Today I introduce a new, intermittent series here at Every Day Should Be Tuesday: The Good, the Pulp, and the Superversive. With each post I will look at the work of a particular author or at a particular series and discuss how good it is, how pulp it is, and how superversive it is.
There is a basic human tendency, when you come across a label you find very useful, to start slapping it willy-nilly on everything you like. The terms “pulp” and “superversive” get thrown around a lot by a lot of people who run in the same circles. But, at the same time, they are distinct aspects of storytelling with a certain amount of tension between each other. So I think it is useful to both attempt to define them and to attempt to distinguish between them.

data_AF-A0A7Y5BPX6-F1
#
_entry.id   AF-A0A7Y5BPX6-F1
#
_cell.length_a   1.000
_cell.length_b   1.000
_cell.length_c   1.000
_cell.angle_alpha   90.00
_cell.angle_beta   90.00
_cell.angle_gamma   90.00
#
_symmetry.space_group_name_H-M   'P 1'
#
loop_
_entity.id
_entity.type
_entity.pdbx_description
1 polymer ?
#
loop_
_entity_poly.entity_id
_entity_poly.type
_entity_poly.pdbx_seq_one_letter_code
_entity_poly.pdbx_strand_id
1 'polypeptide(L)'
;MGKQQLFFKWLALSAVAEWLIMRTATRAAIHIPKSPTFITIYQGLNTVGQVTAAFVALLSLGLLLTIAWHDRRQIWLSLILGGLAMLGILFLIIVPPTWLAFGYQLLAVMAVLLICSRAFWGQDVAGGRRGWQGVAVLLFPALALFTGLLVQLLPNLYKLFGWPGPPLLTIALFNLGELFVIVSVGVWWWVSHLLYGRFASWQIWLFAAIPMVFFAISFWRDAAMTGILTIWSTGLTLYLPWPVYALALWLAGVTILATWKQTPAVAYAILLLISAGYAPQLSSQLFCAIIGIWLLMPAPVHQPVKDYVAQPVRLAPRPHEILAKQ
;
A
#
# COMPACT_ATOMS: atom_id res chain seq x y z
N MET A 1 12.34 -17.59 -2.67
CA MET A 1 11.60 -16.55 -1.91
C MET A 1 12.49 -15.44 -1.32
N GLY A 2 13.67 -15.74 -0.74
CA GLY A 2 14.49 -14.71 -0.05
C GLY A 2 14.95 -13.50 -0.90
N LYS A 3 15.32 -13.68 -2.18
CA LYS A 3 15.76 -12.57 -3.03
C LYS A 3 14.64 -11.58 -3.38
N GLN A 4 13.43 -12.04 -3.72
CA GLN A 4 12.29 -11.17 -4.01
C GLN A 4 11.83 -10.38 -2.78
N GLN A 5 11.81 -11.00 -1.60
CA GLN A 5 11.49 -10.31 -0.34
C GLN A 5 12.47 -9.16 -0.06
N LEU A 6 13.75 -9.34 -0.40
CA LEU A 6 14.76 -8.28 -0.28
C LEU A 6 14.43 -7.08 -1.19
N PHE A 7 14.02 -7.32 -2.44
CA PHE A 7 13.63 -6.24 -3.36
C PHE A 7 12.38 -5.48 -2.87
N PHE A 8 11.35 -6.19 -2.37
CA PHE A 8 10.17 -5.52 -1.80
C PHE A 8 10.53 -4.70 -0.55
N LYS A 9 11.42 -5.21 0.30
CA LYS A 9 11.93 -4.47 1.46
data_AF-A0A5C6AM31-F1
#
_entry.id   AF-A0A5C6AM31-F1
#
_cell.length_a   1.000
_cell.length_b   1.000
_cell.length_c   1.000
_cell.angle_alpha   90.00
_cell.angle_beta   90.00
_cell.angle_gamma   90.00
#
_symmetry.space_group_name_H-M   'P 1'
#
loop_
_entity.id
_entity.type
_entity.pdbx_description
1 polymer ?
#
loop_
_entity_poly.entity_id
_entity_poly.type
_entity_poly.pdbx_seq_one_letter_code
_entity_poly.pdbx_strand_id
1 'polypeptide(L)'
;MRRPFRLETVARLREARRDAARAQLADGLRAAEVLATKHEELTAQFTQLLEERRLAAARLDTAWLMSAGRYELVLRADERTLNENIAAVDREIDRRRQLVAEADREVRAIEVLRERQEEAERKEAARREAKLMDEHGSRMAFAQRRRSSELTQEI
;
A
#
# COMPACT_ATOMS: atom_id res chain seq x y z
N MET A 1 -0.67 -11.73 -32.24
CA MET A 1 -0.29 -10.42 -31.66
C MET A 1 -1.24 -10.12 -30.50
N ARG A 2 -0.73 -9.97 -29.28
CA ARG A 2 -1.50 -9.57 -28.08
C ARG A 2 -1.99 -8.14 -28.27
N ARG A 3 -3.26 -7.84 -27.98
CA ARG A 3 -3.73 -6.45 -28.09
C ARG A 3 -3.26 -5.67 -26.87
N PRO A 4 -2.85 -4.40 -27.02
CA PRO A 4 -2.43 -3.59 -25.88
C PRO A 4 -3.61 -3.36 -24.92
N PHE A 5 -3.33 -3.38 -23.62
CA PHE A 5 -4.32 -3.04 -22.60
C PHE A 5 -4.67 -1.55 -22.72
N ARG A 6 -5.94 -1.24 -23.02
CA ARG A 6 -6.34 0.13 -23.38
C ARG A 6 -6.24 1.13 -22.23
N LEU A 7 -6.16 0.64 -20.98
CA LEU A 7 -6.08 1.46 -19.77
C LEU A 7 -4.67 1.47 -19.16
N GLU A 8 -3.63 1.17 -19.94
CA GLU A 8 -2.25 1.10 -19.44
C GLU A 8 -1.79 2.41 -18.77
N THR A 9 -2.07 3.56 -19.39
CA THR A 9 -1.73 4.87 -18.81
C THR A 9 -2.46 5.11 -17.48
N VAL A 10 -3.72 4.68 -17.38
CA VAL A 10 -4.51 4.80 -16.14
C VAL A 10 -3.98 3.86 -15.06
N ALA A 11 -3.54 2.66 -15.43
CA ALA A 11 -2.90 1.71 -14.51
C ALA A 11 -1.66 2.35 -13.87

A story can be good but be neither superversive nor pulp. A story can be pulp but be neither superversive nor good. A story can be superversive and good but not pulp. A story can be all three (easier said than done). A story can be none of the three (easy enough—the real trick is figuring out how to win awards for it). And so on. Think of it as a Venn diagram.